Hucks told council that the whistleblower had collected their own water samples of several landfill ponds and handed them off to Hucks, who drove them to Columbia for testing. Results of those tests found high levels of E. coli in the water samples.

Council member Al Allen, among those who question how the Solid Waste Authority is run, asked county police to investigate.

So, on Wednesday last week, county administrators, including County Administrator Steve Gosnell, Viso, from CCU, and county police officers descended on the Solid Waste Authority’s Conway landfill to collect their own water samples in an attempt to to verify if levels of E. coli in ponds are potentially harmful to residents.

A collection error on Wednesday actually sent Viso back to the sampling locations Thursday for a second round of collections, and test results were ready by the end of the week. But, Viso said, it’s not clear that those tests served any real purpose.

“I’m not sure what the purpose of all of that was,” she said Monday. “It felt like it was probably more, ‘This is something that concerns a lot of people, there are a lot of parties involved, and people wanted to make sure that whatever the results were,’” they were on top of it.

Still, Allen and other county leaders have said they intend to get to the bottom of any concerns raised about the landfill.

“With the growth around here it is extremely important for us to stay on top of whats happening to the water quality within this area,” Allen said last week. “If the Horry County Solid Waste Authority is responsible for that and if it turns out that there is some site contamination, that will have to be handled and dealt with immediately. It would warrant further investigation from the council and that’s going to be a council decision.”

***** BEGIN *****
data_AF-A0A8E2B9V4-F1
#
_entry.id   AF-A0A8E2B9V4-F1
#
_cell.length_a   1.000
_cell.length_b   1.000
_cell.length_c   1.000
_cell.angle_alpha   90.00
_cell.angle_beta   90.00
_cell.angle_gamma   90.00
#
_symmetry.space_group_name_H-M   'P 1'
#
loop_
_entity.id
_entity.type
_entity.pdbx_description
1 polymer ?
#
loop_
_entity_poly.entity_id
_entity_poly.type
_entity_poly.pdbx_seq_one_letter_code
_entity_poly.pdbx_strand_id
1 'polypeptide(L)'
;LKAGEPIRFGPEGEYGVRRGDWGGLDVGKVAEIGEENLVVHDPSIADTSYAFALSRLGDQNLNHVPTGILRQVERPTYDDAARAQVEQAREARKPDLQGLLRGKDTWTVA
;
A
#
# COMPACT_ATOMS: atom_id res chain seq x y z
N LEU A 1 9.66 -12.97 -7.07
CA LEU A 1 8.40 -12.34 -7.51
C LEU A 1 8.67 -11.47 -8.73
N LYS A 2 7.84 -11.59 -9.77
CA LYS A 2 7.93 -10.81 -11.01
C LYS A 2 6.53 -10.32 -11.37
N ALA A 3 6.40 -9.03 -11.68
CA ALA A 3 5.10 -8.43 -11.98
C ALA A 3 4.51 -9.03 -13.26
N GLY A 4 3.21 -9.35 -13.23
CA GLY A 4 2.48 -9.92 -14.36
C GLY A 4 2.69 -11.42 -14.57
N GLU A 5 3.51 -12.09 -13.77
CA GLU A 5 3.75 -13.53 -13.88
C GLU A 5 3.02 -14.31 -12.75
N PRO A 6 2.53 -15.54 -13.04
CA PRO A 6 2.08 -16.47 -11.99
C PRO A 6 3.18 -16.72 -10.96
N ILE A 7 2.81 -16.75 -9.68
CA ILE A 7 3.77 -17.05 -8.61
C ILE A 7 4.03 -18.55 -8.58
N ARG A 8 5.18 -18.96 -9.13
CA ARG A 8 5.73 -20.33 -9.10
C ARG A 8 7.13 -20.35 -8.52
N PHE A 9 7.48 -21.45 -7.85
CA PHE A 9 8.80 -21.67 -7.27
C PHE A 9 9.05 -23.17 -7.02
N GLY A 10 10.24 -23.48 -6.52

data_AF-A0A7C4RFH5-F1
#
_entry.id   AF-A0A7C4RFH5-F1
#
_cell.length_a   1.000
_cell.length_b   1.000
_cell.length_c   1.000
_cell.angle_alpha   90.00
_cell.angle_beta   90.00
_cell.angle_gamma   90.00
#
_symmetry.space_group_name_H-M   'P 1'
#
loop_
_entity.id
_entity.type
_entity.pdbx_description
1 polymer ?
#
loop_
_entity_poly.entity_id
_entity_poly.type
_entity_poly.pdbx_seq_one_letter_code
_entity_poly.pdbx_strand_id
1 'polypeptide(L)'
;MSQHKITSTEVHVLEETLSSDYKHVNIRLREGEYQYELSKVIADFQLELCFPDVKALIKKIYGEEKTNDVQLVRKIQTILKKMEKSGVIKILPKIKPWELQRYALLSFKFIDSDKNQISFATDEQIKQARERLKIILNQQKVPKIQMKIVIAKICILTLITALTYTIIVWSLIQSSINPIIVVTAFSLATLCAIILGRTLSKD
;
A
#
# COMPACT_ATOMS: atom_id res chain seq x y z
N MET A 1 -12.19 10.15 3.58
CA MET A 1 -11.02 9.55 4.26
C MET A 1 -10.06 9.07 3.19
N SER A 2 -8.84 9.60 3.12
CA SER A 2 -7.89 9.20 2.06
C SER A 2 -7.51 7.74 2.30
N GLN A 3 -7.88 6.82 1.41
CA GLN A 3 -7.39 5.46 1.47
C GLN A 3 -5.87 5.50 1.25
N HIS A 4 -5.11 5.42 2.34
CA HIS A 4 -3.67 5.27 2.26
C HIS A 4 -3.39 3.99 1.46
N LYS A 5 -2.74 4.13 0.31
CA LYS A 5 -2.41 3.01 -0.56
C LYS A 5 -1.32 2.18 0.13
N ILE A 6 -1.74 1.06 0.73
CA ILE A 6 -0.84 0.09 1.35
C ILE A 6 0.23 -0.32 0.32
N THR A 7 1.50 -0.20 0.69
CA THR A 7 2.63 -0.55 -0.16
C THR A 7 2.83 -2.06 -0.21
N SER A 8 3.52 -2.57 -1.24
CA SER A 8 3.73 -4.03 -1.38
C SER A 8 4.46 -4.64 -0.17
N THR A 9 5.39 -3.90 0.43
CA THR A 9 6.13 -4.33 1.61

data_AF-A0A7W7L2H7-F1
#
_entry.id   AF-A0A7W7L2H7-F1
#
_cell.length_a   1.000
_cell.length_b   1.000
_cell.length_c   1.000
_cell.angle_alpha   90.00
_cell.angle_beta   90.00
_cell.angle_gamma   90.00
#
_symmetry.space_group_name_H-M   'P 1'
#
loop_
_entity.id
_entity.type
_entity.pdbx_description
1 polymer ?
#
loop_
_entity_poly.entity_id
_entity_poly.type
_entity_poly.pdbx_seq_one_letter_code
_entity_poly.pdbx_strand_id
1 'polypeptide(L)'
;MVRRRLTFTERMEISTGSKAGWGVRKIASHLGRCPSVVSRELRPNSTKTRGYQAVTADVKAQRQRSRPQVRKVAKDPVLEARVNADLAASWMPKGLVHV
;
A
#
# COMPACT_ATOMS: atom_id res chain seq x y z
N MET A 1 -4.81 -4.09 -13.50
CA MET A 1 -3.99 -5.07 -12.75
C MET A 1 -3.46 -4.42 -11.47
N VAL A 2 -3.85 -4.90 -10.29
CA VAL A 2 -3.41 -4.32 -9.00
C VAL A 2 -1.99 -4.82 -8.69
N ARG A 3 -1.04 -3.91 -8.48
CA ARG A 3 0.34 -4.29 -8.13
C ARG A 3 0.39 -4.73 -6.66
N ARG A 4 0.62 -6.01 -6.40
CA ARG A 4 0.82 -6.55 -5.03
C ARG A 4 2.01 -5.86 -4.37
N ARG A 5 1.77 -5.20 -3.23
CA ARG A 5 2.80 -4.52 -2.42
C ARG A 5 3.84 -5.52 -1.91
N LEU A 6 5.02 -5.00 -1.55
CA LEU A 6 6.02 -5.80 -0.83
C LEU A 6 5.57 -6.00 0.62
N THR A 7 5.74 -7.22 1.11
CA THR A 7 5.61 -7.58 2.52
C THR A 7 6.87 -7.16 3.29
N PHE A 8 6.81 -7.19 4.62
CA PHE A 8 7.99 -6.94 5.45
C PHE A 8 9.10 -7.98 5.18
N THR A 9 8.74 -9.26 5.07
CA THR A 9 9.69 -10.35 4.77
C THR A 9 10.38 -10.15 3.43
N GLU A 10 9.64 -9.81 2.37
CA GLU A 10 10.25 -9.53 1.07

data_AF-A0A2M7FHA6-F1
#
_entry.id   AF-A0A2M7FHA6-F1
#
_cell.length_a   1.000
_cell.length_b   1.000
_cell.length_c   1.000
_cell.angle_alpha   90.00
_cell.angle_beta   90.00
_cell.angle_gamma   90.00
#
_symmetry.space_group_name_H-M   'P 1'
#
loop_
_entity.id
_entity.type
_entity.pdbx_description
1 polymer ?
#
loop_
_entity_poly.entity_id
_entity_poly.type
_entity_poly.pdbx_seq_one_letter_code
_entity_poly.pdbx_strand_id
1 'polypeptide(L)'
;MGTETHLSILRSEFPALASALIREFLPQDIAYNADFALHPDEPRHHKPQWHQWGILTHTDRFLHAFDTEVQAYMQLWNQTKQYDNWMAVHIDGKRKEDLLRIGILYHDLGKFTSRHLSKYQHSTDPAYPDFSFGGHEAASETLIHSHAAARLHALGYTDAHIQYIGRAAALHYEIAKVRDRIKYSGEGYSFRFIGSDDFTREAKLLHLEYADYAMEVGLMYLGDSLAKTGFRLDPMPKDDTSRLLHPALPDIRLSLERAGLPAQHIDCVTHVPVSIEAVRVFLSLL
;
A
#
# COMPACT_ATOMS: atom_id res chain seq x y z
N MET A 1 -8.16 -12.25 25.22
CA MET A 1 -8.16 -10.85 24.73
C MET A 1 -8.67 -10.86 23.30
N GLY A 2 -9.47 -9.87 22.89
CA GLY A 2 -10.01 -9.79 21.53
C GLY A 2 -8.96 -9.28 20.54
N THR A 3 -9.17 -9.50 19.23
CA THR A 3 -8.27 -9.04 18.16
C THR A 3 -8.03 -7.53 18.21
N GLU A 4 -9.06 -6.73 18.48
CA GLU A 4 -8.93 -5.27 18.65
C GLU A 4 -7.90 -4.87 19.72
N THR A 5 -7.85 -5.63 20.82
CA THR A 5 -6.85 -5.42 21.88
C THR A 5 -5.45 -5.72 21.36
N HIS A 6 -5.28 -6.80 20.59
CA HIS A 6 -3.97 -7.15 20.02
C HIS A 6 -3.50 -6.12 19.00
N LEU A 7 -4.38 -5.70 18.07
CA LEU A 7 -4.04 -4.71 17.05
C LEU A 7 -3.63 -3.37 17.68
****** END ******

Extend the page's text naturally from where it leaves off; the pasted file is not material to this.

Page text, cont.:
What happens now

Throughout its history, the Solid Waste Authority has been transformed into a political football a number of times — sometimes legitimately, sometimes not — and some say that cycle is playing out yet again. Someone raises concerns about the authority or the landfill, a county leader suggests the county take over control of the agency, and back-and-forth debate ensues.

“There has been a faction in Horry County for some time that wants to see the Solid Waste Authority come back under the county and be a county agency and that has been going on since I’ve been on council,” Council member Johnny Vaught said last week. “And I don’t know what their motives are…but that issue has been out there before and we’ve discussed it before.”

Council Chairman Johnny Gardner said he supported Allen and the Infrastructure & Regulation committee looking into the concerns. But not all members of that committee are convinced it is severe as Hucks and others claim.

“If the (whistleblower’s) report can be verified its concerning. If it can’t be verified, I don’t now what to make of it,” Council member Dennis DiSabato, who serves on the I&R committee, said.

Council member Mark Causey, who also serves on the committee, said he didn’t have enough information to offer a full opinion of the Solid Waste Authority, but said he supports both getting “to the bottom of” the concerns, and keeping the waste authority as a separate entity. As it’s set up now, Causey said, the authority appears to be good at solving any problems that arise.

“I didn’t like those numbers we saw at I&R,” he said. “(But) over the years, it’s been my experience that the Solid Waste Authority, on the environmental side, they’ve done a real good job for the most part.”

For his part, Hucks said he doesn’t plan to let up on the Solid Waste Authority any time soon. In addition to E. coli, Hucks said he’s worried about heavy metals leeching into Sterritt Swamp from the landfill.

“I’m going to ask what we’re going to do as we continue to grow,” he said Monday. “That landfill is not going to get less important. The bottom line is we need better safeguards for the residents of Horry County, and we’re not going to stop growing.”